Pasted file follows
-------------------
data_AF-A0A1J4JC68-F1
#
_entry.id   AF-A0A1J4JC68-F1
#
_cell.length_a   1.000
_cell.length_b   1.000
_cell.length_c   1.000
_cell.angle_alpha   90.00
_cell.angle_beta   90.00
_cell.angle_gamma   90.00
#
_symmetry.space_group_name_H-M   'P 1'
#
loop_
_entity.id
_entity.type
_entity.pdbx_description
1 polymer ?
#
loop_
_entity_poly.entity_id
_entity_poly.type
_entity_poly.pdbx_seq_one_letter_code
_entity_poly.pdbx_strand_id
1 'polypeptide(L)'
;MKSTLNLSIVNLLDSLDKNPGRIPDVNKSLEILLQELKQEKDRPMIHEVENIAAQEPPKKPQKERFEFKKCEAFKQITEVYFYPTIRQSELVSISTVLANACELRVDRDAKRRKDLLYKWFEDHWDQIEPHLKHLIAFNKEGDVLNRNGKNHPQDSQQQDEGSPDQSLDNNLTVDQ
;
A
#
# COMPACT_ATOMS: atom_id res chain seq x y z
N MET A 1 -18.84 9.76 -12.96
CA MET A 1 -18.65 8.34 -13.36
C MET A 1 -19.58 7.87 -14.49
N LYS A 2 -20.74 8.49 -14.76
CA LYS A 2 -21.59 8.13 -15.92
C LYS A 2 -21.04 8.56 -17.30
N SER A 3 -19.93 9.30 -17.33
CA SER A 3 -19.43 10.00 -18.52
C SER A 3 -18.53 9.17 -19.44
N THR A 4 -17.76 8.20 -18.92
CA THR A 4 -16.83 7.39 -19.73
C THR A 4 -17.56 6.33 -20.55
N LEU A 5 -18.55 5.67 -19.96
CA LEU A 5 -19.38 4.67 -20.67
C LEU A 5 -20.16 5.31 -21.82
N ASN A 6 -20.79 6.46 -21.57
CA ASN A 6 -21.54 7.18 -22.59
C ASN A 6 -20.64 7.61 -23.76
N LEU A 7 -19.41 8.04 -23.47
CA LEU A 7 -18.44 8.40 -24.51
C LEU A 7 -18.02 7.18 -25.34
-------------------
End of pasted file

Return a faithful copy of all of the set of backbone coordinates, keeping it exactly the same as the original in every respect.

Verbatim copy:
data_AF-A0A1J4JC68-F1
#
_entry.id   AF-A0A1J4JC68-F1
#
_cell.length_a   1.000
_cell.length_b   1.000
_cell.length_c   1.000
_cell.angle_alpha   90.00
_cell.angle_beta   90.00
_cell.angle_gamma   90.00
#
_symmetry.space_group_name_H-M   'P 1'
#
loop_
_entity.id
_entity.type
_entity.pdbx_description
1 polymer ?
#
loop_
_entity_poly.entity_id
_entity_poly.type
_entity_poly.pdbx_seq_one_letter_code
_entity_poly.pdbx_strand_id
1 'polypeptide(L)'
;MKSTLNLSIVNLLDSLDKNPGRIPDVNKSLEILLQELKQEKDRPMIHEVENIAAQEPPKKPQKERFEFKKCEAFKQITEVYFYPTIRQSELVSISTVLANACELRVDRDAKRRKDLLYKWFEDHWDQIEPHLKHLIAFNKEGDVLNRNGKNHPQDSQQQDEGSPDQSLDNNLTVDQ
;
A
#
# COMPACT_ATOMS: atom_id res chain seq x y z
N MET A 1 -18.84 9.76 -12.96
CA MET A 1 -18.65 8.34 -13.36
C MET A 1 -19.58 7.87 -14.49
N LYS A 2 -20.74 8.49 -14.76
CA LYS A 2 -21.59 8.13 -15.92
C LYS A 2 -21.04 8.56 -17.30
N SER A 3 -19.93 9.30 -17.33
CA SER A 3 -19.43 10.00 -18.52
C SER A 3 -18.53 9.17 -19.44
N THR A 4 -17.76 8.20 -18.92
CA THR A 4 -16.83 7.39 -19.73
C THR A 4 -17.56 6.33 -20.55
N LEU A 5 -18.55 5.67 -19.96
CA LEU A 5 -19.38 4.67 -20.67
C LEU A 5 -20.16 5.31 -21.82
N ASN A 6 -20.79 6.46 -21.57
CA ASN A 6 -21.54 7.18 -22.59
C ASN A 6 -20.64 7.61 -23.76
N LEU A 7 -19.41 8.04 -23.47
CA LEU A 7 -18.44 8.40 -24.51
C LEU A 7 -18.02 7.18 -25.34